As of last semester, Goldsmiths’ menu featured various beef-oriented entrees on a daily basis. They included lasagne, ragu, meatballs and Malasian beef rendang, but also a “Burger Bar” with both beef and vegetable burgers. Now, students will be relegated to one option at the Burger Bar.

MORE: University bans beef to fight climate change

Beef consumption has been falling for decades without government restrictions

Just how detrimental beef production is to the environment is an open question.

A 2013 United Nations study concluded that all animal agriculture accounted for approximately 14.5 percent of man-made emissions, with cattle making up 41 percent of that figure. That makes cattle responsible for about 6 percent of total emissions.

Beef has a higher ”emission-intensity” than chicken and pork products, according to the U.N., which cites the larger land mass required for cattle to graze and roam.

More recently, other statistics have thrown cold water on the alarmism embraced by Corner and other environmental activists.

The World Resources Institute, founded in 1982 to reject the “prevailing activist model” in favor of evidence-based scientific research, released an analysis of the environmental impact of beef consumption the same month that Goldsmiths announced Corner’s hire.

“Do we all need to stop eating beef in order to curb climate change?” the organization asked. Its short answer: “No.”

American consumption of beef has fallen by a third since the 1970s without regulatory moves to restrict beef, and Americans could still eat 1.5 burgers a week without any further agricultural expansion, the institute wrote. (Beef consumption is on the rise worldwide, however, according to CNBC.)

WRI cites a 2019 study in a scientific academic journal, Agricultural Systems, that estimates emissions derived from beef production are just “3 percent of total U.S. emissions.” Removing all animals from U.S. agriculture would only cut domestic emissions by 3 percent, according to a 2017 study in the Proceedings of the National Academy of Sciences, also cited by WRI.

MORE: Why stop at beef? Here are more things universities can ban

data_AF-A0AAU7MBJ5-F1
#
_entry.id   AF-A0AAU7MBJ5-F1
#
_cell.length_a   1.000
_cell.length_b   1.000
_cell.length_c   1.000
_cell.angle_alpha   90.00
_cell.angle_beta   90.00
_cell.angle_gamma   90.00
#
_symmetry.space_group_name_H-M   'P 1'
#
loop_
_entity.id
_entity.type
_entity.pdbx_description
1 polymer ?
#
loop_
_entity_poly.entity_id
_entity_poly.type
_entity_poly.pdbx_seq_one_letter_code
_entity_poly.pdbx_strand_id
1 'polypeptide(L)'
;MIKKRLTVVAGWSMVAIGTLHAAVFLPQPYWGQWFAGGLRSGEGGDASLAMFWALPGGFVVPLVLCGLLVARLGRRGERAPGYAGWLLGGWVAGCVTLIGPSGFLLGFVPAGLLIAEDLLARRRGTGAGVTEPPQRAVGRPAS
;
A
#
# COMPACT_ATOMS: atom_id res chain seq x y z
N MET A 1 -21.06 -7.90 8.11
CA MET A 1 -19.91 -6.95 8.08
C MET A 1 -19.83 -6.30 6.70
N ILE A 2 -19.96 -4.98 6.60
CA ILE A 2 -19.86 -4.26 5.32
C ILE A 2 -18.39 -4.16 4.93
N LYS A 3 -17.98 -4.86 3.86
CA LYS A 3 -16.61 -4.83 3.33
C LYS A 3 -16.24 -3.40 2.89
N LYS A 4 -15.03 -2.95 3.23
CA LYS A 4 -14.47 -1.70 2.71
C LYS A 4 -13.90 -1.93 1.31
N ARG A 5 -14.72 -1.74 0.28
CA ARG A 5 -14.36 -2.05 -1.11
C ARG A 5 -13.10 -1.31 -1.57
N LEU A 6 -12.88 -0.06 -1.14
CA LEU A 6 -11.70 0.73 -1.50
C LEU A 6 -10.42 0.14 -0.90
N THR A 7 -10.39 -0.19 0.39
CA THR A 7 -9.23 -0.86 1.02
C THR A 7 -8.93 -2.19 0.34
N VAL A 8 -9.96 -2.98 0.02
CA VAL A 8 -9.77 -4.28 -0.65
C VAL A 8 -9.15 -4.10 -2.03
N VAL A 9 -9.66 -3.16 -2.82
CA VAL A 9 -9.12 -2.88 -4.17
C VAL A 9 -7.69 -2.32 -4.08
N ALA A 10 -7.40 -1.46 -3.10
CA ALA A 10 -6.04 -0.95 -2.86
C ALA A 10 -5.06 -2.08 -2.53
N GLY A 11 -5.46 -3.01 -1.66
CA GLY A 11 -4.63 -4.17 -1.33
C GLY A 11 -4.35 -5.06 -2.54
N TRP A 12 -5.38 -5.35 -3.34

‘We need to cut our carbon footprint drastically and as quickly as possible’

Corner’s culinary command-and-control does not seem to be based on a rigorous statistical analysis of how one college campus – in a country much smaller than the United States – could improve the overall condition of the environment, however.

Goldsmiths is pursuing green initiatives alongside various other promises by the new warden, and her policies go beyond culinary regulation, clean emissions and eco-curricula.

Going further than many American universities, Goldsmiths’ announcement on the “climate emergency” said it will transition the entirety of its already invested capital toward eco-friendly companies.

Starting in December, its £2.5 endowment will excise investments in companies that get more than 10 percent of their revenue from “the extraction of fossil fuels, the university said. This is part of a move by its endowment manager, the CCLA Charities Ethical Investment Fund, to divest from fossil-fuel companies.

“Though I have only just arrived at Goldsmiths,” Corner said, “it is immediately obvious that our staff and students … are determined to help deliver the step change we need to cut our carbon footprint drastically and as quickly as possible.”

Neither Corner nor the university explained whether it had conducted research on student support for specific green-minded measures, particularly those that restrict their dining options and increase the cost of basic consumer products such as bottled water.

MORE: UMich students hold ‘die-in’ to call for action against climate change

IMAGE: Goldsmiths, University of London

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About the Author
Alexander Pease -- University of Massachusetts, Boston